Conservatives scoffed. GOP rival John McCain painted him as “redistributionist in chief.” Now the redistributionist has proposed a budget that moves some money from the very rich to the poor and middle class. Is that a bad thing?
Some numbers to consider:
•From 1979 to 2006, the richest 1 percent of US households more than doubled their share of the country’s total income from about 10 percent to nearly 23 percent. By 2006, for every dollar the US produced, 23 cents went to millionaires in the top-earning households.
•During that same period, about 91 percent of all the nation’s income growth went to the top 10 percent of households by income.
•In the new century, most families have experienced stagnant or falling incomes.
The United States has “the highest [income] inequality by far in our history and among advanced nations,” says Lawrence Mishel, president of the Economic Policy Institute in Washington and an author of the biennial book, “The State of Working America,” which contains the numbers above.
President Obama’s budget aims to change that, modestly. The top 1 percent of families would lose some 3 percent of their present share of income by 2012, according to a study by economists at the business-friendly Tax Foundation. That still leaves the top 1 percent way ahead in their share of total income than in any year under President Reagan, who pushed tax cuts for the rich in the 1980s as a way to boost economic growth.
That would cut the income for the top 1 percent an average of $64,000 per household, to a bit more than $2 million by 2012, the Tax Foundation study found. The Obama budget does make for “more even distribution of the economic pie,” the study concluded.
Even this modest adjustment may be difficult to get past Congress. “Send reinforcements,” reportedly joked Jared Bernstein, a liberal redistributionist now at the White House.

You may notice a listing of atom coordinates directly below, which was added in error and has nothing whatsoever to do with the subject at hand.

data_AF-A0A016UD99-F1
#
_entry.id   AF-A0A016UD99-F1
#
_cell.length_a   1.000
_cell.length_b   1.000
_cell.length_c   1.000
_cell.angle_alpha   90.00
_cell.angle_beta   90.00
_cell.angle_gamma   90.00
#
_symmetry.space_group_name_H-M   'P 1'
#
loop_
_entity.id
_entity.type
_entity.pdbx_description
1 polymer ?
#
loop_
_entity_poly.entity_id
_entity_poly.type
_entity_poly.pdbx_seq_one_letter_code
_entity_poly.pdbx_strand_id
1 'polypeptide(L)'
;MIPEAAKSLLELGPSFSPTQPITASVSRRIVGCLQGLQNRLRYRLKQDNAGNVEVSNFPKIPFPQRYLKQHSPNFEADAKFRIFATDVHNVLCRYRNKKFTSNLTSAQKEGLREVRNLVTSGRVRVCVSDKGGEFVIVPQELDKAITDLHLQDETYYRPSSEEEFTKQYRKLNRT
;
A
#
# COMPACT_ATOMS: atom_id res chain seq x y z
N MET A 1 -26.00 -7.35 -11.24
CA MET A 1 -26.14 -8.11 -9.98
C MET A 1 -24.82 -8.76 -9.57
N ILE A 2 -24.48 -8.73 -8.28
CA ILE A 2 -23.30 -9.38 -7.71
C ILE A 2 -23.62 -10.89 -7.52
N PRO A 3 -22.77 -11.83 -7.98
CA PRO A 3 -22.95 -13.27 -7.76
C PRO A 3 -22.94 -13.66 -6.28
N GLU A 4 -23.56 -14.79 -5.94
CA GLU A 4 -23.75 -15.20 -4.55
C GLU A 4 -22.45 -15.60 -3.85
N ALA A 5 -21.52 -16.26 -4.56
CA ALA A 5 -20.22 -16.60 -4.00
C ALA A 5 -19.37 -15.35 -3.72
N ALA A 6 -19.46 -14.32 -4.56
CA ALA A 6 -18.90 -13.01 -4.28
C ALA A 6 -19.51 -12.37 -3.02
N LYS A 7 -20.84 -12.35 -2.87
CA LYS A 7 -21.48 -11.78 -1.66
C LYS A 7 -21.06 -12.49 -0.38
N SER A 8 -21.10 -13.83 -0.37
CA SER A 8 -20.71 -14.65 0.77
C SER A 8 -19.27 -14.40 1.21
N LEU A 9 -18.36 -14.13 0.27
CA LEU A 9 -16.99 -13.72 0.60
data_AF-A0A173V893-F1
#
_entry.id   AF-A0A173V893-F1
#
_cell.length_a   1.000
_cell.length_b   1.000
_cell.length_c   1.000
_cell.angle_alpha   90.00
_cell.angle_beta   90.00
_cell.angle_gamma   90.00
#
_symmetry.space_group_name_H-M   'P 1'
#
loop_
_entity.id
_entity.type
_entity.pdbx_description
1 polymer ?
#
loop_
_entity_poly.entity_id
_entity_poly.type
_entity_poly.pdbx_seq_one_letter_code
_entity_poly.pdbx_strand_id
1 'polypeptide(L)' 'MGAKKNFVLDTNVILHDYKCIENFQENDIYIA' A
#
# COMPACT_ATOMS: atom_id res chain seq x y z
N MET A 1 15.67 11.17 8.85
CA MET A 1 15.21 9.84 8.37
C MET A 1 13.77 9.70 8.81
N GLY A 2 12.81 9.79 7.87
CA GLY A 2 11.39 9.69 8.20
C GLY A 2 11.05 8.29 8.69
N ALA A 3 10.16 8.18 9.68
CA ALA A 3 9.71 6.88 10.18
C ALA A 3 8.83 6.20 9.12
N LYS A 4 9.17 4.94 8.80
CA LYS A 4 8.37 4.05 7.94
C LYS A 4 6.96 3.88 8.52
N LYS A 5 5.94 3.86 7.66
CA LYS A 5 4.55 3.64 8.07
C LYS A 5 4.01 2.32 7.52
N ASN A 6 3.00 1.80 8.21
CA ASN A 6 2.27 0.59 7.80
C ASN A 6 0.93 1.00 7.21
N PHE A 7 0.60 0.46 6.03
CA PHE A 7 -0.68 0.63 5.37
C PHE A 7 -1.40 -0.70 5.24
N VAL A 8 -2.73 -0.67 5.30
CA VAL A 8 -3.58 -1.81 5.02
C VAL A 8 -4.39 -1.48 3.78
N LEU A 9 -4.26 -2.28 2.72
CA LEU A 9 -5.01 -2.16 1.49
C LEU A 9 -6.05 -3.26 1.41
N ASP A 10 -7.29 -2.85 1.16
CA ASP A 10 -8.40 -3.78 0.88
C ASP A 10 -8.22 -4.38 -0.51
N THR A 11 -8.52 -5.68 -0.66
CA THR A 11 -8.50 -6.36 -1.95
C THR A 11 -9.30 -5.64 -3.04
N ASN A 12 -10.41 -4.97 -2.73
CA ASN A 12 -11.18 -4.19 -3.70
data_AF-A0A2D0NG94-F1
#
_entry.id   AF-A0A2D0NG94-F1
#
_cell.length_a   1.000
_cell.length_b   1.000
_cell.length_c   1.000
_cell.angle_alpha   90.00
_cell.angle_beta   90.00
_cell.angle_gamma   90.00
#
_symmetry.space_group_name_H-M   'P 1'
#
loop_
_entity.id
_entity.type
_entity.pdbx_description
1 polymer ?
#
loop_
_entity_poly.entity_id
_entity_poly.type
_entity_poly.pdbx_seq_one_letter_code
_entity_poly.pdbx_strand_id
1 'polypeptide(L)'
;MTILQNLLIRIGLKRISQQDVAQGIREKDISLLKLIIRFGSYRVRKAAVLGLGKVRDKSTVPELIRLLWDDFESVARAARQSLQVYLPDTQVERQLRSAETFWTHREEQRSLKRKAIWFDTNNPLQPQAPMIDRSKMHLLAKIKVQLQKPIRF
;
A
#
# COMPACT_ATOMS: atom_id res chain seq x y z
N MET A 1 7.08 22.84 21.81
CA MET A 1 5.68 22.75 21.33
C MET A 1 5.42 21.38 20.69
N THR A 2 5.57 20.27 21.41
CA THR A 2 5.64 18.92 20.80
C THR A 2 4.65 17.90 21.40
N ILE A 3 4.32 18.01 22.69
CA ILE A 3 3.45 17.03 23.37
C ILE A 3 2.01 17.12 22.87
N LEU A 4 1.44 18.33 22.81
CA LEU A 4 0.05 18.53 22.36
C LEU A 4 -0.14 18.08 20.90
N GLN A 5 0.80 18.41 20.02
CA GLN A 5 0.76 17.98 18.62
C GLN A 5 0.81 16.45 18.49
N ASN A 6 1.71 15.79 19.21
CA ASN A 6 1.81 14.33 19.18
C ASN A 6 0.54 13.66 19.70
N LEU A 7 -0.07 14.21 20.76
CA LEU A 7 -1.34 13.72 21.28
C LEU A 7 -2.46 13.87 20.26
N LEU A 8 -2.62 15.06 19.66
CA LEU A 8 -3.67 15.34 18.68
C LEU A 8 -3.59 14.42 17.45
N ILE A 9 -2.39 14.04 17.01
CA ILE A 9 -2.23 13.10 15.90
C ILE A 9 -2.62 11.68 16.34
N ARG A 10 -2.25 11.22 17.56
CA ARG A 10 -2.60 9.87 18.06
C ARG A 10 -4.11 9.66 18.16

The Tax Foundation study is unusual in that it looks at both tax and spending redistribution effects of federal actions. That requires some bold assumptions. For example, defense spending is assigned to each income group in proportion to the income of that group. The rich are assumed to benefit more because they have more to protect.
Optimal redistribution is in the eye of the beholder, says Gerald Prante, an author of the study.
Some conservatives argue that the rich shouldn’t be taxed more because they supply the capital needed to make the economy grow, which eventually benefits the poor. There is a tiny truth to this, finds a new study out of Harvard University’s Kennedy School in Cambridge, Mass.
The “trickle-down” effect is “very small,” says Christopher Jencks, one author of the study.
Based on data from 12 developed nations from 1905 to 2000, the study finds that a one percentage point rise in the income share of the top 1 percent is associated with a “statistically significant” 0.12 percent average rise in the growth rate of national output. But it takes 13 years for that faster growth rate to offset the income loss for the bottom 90 percent. It may never happen if a major recession hits first, Mr. Jencks concludes.
To reduce income inequality and share prosperity goes beyond budget-driven redistribution, says Mr. Mishel. He urges health insurance for all, an increase in the minimum wage, and a restoration of bargaining power to labor unions.